Modern Law of Evidence

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The parties stipulated to the events that occurred in the District Attorney's office. If so, you must self-report either a misdemeanor or felony conviction within 10 days of the conviction or if you are arrested for a felony, you must report the arrest within 10 days of the arrest. I attempt to provide a more nuanced and predictive rational choice model of the incentives and disincentives to kill, with the aim of assessing to what extent the statistical findings of deterrence are in line with theoretical expectations.

Pages: 456

Publisher: Professional Bks. (1985)

ISBN: 0862051045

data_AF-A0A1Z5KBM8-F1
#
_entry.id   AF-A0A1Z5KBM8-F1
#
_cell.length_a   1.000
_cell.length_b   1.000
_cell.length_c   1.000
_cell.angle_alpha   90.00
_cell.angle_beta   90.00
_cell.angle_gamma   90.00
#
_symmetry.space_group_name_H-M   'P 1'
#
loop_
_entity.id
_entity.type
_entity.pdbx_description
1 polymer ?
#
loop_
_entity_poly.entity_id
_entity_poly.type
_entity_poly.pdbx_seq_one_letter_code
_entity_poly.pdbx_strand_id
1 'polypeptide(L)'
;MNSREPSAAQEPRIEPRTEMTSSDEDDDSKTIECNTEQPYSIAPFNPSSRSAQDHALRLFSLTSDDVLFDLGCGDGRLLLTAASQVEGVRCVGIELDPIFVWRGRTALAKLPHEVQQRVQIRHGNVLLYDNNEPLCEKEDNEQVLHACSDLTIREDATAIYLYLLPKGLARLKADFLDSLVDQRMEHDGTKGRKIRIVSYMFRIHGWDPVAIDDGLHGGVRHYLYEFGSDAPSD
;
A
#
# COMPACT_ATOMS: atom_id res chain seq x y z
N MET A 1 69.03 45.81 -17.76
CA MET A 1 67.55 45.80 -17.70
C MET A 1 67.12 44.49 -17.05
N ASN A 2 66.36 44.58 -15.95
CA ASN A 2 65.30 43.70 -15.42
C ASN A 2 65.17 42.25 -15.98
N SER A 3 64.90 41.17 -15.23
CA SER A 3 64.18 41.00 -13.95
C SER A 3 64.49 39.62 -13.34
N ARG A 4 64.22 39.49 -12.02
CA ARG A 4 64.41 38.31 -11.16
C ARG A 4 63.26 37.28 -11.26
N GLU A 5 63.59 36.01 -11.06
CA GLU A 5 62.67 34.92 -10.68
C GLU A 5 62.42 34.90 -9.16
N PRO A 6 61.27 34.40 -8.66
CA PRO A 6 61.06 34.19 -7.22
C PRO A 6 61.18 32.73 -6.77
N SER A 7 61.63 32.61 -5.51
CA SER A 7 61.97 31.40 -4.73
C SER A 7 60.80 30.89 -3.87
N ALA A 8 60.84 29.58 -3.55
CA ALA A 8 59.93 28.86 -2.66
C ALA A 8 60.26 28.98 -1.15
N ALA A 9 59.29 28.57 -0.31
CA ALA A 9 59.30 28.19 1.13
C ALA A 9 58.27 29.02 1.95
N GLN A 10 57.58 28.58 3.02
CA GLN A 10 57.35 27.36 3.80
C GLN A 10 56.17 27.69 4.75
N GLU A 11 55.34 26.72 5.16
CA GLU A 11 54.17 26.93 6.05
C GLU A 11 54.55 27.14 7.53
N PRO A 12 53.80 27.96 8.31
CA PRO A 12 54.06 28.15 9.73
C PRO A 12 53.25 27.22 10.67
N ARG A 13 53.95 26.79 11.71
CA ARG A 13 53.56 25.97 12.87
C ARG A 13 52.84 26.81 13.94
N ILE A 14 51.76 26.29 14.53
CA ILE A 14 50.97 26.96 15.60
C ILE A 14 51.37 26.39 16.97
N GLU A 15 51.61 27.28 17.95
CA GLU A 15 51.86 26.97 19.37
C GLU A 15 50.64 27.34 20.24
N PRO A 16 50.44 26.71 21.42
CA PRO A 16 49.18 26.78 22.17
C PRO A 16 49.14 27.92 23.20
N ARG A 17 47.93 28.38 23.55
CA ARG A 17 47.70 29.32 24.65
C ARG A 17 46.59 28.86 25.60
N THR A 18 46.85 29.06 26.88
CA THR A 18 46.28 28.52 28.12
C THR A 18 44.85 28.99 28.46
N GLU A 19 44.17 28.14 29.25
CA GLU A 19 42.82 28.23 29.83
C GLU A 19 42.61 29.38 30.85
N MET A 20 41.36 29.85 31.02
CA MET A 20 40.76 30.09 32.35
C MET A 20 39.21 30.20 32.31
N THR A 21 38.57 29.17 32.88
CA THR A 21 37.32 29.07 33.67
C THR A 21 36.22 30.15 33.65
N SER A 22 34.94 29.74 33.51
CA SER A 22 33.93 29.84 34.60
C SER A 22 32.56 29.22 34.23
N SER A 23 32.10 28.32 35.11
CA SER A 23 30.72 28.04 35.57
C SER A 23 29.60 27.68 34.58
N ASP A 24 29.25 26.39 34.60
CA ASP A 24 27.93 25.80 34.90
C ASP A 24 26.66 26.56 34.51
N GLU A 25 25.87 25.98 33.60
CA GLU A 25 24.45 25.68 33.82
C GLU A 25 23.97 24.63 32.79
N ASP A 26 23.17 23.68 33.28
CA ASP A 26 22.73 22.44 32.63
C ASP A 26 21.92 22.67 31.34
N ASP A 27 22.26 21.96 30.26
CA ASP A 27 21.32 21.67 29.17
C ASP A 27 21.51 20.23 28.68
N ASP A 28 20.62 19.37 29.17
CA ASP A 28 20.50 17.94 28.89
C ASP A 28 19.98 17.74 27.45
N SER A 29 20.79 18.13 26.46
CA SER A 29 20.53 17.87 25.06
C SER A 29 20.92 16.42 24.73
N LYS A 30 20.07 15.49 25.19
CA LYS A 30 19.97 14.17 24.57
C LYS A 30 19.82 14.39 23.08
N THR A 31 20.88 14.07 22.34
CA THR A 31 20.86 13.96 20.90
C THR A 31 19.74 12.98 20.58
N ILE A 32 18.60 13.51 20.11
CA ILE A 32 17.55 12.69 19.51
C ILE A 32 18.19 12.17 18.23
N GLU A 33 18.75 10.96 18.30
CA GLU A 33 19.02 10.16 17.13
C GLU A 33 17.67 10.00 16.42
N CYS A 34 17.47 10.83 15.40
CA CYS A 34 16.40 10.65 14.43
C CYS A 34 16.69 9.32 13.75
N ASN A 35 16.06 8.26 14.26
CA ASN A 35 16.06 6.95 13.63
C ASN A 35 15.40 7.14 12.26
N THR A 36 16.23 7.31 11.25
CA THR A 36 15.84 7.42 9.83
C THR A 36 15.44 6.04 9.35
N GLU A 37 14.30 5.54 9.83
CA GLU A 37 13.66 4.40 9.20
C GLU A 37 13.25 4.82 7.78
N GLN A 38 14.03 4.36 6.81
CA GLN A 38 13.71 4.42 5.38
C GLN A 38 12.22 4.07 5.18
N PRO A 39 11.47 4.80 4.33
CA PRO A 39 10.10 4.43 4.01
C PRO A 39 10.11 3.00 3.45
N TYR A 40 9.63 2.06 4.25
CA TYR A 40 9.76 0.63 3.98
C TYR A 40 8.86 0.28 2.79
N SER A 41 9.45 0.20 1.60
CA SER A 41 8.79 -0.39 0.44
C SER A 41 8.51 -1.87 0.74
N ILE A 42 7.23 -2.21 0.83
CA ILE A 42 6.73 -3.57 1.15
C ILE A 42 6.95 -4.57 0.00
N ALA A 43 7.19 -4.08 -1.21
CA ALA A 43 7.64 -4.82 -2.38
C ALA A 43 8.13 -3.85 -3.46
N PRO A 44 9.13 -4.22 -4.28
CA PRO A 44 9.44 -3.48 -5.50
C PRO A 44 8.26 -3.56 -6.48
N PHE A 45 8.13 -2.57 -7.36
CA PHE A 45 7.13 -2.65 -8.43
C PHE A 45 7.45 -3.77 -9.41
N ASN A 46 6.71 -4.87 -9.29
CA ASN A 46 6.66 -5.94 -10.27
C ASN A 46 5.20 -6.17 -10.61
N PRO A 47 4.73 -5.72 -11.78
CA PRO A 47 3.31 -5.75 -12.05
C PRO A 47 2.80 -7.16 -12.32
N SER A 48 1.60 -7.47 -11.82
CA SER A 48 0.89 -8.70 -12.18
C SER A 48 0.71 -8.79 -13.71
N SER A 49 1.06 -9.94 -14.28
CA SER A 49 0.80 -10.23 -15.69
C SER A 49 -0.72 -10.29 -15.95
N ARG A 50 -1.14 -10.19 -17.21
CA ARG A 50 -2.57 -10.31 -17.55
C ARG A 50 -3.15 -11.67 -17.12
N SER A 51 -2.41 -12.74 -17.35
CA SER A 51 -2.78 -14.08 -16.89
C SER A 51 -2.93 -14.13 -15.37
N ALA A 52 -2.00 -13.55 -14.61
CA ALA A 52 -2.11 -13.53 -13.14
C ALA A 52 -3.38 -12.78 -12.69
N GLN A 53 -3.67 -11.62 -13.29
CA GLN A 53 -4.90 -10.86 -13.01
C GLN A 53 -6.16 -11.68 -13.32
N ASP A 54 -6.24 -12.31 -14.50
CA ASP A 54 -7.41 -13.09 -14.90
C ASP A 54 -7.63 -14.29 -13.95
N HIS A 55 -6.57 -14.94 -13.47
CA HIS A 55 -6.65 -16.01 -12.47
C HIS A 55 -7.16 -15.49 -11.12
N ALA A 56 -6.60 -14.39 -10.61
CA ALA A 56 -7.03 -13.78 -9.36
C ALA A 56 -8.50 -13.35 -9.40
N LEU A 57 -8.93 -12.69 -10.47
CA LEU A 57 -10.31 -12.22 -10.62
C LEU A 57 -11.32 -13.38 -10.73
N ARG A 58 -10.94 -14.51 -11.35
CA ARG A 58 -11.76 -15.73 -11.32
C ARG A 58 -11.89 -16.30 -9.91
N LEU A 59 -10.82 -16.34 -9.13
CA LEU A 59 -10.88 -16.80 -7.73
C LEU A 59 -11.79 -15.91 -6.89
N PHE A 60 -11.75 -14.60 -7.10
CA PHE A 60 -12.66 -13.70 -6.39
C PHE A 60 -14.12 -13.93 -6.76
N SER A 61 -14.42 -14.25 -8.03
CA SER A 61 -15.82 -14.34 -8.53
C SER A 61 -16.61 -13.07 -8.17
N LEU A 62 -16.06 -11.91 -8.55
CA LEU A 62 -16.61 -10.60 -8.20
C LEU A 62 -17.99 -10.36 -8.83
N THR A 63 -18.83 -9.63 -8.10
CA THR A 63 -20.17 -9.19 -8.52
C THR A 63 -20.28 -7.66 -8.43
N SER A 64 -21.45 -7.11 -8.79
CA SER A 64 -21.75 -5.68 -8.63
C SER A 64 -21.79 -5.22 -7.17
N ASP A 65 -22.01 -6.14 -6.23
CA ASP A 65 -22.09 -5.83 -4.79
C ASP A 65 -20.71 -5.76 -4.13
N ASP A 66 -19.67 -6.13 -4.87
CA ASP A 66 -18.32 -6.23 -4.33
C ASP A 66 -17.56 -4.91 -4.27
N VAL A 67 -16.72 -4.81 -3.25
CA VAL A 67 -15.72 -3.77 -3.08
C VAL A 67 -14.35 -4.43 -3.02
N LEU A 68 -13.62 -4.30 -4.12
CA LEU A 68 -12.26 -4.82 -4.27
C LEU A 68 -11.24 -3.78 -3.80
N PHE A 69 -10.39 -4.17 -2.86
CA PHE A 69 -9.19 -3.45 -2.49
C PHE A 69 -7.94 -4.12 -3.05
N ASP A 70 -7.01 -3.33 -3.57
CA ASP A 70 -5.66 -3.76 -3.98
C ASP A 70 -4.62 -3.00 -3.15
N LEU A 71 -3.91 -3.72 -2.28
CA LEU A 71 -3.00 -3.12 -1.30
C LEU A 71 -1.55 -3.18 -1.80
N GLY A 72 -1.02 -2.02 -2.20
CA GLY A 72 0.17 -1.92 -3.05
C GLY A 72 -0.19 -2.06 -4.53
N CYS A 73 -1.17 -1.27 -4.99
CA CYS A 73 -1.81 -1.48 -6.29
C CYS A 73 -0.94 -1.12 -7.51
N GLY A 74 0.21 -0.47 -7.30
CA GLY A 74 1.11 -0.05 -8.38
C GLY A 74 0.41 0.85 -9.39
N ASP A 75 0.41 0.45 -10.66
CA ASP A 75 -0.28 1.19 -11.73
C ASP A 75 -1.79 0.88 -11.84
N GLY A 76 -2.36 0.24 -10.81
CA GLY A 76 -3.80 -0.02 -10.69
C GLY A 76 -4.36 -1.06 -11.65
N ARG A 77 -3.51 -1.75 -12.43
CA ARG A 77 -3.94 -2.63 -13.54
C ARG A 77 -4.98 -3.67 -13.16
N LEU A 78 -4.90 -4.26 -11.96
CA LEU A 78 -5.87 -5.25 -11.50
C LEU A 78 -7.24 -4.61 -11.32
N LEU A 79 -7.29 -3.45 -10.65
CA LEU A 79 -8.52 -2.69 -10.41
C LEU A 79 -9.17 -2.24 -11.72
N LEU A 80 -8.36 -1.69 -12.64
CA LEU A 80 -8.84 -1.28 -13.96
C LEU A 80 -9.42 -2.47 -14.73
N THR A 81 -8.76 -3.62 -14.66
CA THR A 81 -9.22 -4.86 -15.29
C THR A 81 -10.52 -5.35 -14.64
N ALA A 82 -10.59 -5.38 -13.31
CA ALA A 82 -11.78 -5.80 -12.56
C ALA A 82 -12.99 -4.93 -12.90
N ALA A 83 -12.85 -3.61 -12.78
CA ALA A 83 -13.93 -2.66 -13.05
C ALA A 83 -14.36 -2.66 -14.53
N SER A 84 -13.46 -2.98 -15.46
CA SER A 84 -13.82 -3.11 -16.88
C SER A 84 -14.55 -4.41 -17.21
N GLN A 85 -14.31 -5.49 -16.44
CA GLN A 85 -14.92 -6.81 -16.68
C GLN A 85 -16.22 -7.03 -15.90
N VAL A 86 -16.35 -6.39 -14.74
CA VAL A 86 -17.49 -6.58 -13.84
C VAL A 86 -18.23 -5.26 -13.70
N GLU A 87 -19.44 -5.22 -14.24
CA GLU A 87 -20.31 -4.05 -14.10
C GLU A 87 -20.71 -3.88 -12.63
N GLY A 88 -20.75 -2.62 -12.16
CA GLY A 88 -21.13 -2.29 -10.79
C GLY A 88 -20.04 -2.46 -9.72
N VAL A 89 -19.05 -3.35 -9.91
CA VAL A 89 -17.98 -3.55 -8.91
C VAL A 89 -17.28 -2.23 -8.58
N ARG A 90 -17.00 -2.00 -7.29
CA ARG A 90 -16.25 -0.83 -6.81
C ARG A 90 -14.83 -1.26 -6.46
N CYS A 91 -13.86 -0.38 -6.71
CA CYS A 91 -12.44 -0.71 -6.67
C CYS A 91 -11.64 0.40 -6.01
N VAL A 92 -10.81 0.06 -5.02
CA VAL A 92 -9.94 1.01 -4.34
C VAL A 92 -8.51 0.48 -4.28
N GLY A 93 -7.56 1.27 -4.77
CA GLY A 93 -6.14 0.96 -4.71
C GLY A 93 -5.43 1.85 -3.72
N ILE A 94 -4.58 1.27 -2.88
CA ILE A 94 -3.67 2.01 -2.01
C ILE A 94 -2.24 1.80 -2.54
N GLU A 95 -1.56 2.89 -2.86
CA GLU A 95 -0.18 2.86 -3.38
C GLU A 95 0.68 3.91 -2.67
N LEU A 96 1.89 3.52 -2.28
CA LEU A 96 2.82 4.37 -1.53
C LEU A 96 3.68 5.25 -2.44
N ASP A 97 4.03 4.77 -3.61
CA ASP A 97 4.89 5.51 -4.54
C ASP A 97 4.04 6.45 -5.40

The legal system isn’t nearly as intimidating when you understand the differences between civil and criminal law. Digital Evidence in Criminal Law is hot off the presses — the first in Canada to deal with digital evidence in a criminal law context http://vegasallnight.com/lib/evidence-law-and-practice-cases-and-materials-3-e. In response, it should be noted that there is less than 100% certainty of being held liable for one's harmful acts (because they may never be discovered, or the victims may choose not to litigate), so an additional punishment may be needed to provide sufficient incentive not to commit negligent acts in the first place , e.g. http://vegasallnight.com/lib/math-on-trial-how-numbers-get-used-and-abused-in-the-courtroom. In the context of a jury trial, the test determines whether the judge will give instructions to the jury that they should consider the particular defenses.. The air of reality test creates a burden of evidence, not a persuasive burden. [1] The test applies to all defences [2] as well as all elements of each defence. [3] The jury should be instructed of defences that have evidence supporting it. [4] By inference, a "judge has a positive duty to keep from the jury defences lacking an evidential foundation". [5] There must be evidence to support each element of the defence. [6] The judge should not consider credibility, make findings of fact, draw inferences, or "weigh" the evidence. [9] He or she should not consider the likelihood of success of the defence. [10] The judge must consider whether inferences would be necessary for the defence to succeed and whether those inferences from the evidence are reasonable. [11] ↑ Cinous at para. 52 ("It is trite law that the air of reality test imposes a burden on the accused that is merely evidential, rather than persuasive.") ↑ R. v http://vegasallnight.com/lib/enviromental-regulation-law-science-and-policy-2002-case-supplement. The tool used to jog the memory can be anything (a sound, a picture, a smell, etc). [1] It is not the aid that becomes the evidence but rather it is only a mechanism to evoke the memory of the witness which produces the evidence , source: http://antan-ug.com.ua/index.php/lib/everyday-evidence-a-practical-approach.